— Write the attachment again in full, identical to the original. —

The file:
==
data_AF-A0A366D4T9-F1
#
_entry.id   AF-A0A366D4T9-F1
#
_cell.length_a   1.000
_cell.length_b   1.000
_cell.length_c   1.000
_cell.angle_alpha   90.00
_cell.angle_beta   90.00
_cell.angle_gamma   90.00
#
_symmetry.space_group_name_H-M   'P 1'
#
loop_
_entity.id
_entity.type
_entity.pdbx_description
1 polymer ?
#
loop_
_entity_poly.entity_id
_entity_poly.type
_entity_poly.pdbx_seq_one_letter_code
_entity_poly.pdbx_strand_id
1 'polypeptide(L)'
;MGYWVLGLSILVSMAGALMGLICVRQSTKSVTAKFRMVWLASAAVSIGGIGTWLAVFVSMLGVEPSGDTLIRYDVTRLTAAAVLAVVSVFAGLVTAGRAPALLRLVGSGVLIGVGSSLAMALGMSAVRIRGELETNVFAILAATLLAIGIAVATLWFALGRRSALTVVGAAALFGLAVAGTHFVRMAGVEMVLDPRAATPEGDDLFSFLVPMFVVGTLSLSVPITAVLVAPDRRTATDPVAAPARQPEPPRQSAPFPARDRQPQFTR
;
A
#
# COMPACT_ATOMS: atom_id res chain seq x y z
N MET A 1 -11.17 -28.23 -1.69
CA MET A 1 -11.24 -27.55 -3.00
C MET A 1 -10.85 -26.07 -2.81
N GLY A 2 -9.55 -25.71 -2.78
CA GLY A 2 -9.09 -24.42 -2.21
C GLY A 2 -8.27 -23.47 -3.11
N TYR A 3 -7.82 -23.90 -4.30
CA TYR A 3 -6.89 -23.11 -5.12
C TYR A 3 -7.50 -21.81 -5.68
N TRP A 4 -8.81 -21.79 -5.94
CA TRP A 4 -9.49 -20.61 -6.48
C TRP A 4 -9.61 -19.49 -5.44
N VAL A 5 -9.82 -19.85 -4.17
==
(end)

data_AF-A0A366D4T9-F1
#
_entry.id   AF-A0A366D4T9-F1
#
_cell.length_a   1.000
_cell.length_b   1.000
_cell.length_c   1.000
_cell.angle_alpha   90.00
_cell.angle_beta   90.00
_cell.angle_gamma   90.00
#
_symmetry.space_group_name_H-M   'P 1'
#
loop_
_entity.id
_entity.type
_entity.pdbx_description
1 polymer ?
#
loop_
_entity_poly.entity_id
_entity_poly.type
_entity_poly.pdbx_seq_one_letter_code
_entity_poly.pdbx_strand_id
1 'polypeptide(L)'
;MGYWVLGLSILVSMAGALMGLICVRQSTKSVTAKFRMVWLASAAVSIGGIGTWLAVFVSMLGVEPSGDTLIRYDVTRLTAAAVLAVVSVFAGLVTAGRAPALLRLVGSGVLIGVGSSLAMALGMSAVRIRGELETNVFAILAATLLAIGIAVATLWFALGRRSALTVVGAAALFGLAVAGTHFVRMAGVEMVLDPRAATPEGDDLFSFLVPMFVVGTLSLSVPITAVLVAPDRRTATDPVAAPARQPEPPRQSAPFPARDRQPQFTR
;
A
#
# COMPACT_ATOMS: atom_id res chain seq x y z
N MET A 1 -11.17 -28.23 -1.69
CA MET A 1 -11.24 -27.55 -3.00
C MET A 1 -10.85 -26.07 -2.81
N GLY A 2 -9.55 -25.71 -2.78
CA GLY A 2 -9.09 -24.42 -2.21
C GLY A 2 -8.27 -23.47 -3.11
N TYR A 3 -7.82 -23.90 -4.30
CA TYR A 3 -6.89 -23.11 -5.12
C TYR A 3 -7.50 -21.81 -5.68
N TRP A 4 -8.81 -21.79 -5.94
CA TRP A 4 -9.49 -20.61 -6.48
C TRP A 4 -9.61 -19.49 -5.44
N VAL A 5 -9.82 -19.85 -4.17